Epic Gold Battle Coming
Consider gold versus government/Wall Street. This is often portrayed as the feisty little guys against the giants. Is this an accurate portrayal of reality? Prior to 1974,this was certainly the case. Gold bullion ownership was finally legalized after 41 years of being illegal.
Any coin collector who owned gold coins before 1974 qualified as a little guy. The big versus little narrative was most certainly accurate prior to the Reagan Administration's decision to stop regular intervention in the foreign exchange market.
It is now 34 years later, and this scenario has become less and less true. The U.S. government began selling gold bullion coins in 1986 with the advent of gold and silver American Eagles. Platinum Eagles arrived in 1997. Government policy has been to sell as much precious metal to buyers as they want, even if the execution is often less than perfect.
Wall Street took a lot longer to embrace gold. For a long time it had been restricted to gold mining shares, but that all changed with the introduction of Exchange Traded Funds. These have grown rapidly in the midst of the most recent financial crisis, which has put gold and silver investment into the mainstream.
Of course, even before the introduction of EFT's, financial reporting regularly reported precious metals. There were even attempts to mainstream coin investments in the 1980's, which were treated like another hard money option.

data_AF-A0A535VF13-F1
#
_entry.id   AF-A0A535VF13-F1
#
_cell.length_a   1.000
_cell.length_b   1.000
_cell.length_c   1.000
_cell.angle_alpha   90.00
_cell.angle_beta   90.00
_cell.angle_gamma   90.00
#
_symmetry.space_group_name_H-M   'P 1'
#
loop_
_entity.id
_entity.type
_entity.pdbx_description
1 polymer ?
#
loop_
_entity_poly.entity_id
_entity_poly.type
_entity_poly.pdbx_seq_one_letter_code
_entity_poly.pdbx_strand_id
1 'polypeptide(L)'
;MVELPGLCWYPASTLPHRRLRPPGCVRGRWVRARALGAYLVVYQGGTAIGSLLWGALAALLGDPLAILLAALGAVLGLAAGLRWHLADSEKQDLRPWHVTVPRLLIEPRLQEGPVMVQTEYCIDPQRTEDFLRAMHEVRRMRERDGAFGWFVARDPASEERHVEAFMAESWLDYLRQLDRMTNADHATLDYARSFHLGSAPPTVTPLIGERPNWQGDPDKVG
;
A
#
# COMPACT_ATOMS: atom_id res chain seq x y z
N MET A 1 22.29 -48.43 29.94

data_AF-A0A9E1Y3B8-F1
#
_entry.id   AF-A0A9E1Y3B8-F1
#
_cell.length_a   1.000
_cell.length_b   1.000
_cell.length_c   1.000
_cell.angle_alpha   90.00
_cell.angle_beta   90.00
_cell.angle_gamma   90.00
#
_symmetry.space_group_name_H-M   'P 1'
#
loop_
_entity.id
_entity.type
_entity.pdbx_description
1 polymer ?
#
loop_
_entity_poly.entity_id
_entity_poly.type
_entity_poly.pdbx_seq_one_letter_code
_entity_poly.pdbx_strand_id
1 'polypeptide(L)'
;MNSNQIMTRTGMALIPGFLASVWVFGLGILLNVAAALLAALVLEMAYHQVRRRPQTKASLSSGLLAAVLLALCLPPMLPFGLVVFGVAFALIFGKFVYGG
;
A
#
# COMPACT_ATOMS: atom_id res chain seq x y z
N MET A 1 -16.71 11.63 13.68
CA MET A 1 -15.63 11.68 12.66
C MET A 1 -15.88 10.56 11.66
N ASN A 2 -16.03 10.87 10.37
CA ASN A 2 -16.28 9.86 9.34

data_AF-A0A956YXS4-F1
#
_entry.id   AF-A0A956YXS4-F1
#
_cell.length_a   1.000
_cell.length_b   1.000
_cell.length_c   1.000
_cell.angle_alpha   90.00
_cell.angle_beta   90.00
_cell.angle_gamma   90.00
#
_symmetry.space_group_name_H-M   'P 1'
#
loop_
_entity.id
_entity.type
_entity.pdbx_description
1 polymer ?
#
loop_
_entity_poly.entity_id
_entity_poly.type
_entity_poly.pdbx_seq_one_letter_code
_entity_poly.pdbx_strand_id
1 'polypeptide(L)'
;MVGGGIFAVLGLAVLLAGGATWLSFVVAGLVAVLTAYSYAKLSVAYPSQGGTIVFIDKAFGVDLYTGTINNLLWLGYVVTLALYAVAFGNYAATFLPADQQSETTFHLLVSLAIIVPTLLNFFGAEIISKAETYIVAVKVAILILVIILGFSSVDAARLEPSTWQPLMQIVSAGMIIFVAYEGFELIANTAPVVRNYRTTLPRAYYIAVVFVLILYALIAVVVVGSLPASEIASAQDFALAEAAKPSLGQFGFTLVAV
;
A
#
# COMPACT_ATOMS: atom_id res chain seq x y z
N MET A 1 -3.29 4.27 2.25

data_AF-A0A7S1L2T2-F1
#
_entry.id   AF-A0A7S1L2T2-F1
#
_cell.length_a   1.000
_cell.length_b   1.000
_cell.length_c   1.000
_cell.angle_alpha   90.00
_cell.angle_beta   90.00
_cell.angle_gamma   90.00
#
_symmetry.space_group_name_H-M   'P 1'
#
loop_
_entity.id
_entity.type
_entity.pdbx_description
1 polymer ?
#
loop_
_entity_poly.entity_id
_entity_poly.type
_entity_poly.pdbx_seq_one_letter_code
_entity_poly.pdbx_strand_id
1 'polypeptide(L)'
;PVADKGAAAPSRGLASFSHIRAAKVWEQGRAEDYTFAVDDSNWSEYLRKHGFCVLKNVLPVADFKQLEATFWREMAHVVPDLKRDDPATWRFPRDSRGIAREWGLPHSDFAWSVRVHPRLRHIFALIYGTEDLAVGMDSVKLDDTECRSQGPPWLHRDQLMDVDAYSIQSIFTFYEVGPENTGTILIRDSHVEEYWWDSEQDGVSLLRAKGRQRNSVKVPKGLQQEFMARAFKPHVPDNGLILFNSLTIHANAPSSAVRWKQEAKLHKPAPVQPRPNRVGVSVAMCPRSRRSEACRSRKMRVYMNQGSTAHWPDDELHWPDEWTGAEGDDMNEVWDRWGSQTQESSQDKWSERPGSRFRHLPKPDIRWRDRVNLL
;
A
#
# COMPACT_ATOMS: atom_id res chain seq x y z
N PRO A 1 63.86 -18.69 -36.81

Now a days, precious metals respond to conventional market cues. If it looks like the Fed is going to raise interest rates, precious metals tumble. If it looks like the Fed won't raise interest rates, precious metals rise. The market reactions are rational calculations of investment carrying costs and investment alternatives.
When the economy looks like it is getting weaker, as recent news out of China indicates, silver particularly goes down because its price has a large component of industrial demand built into it. When the economy is thriving and inflation is heating up, the ratio between gold and silver prices is much lower.
Precious metals have gone conventional and mainstream. This does not alter the basic reason for owning precious metals. Precious metals do rise with the price levels over time. But they also move in fits and starts just like the stock market.
There are exciting up trends and hair-raising down trends. In the long haul, prices end up higher. But as a conventional asset class, tales of slow-moving, long-term up trends in precious metals are not nearly as exciting as an epic battle that is over too quickly.
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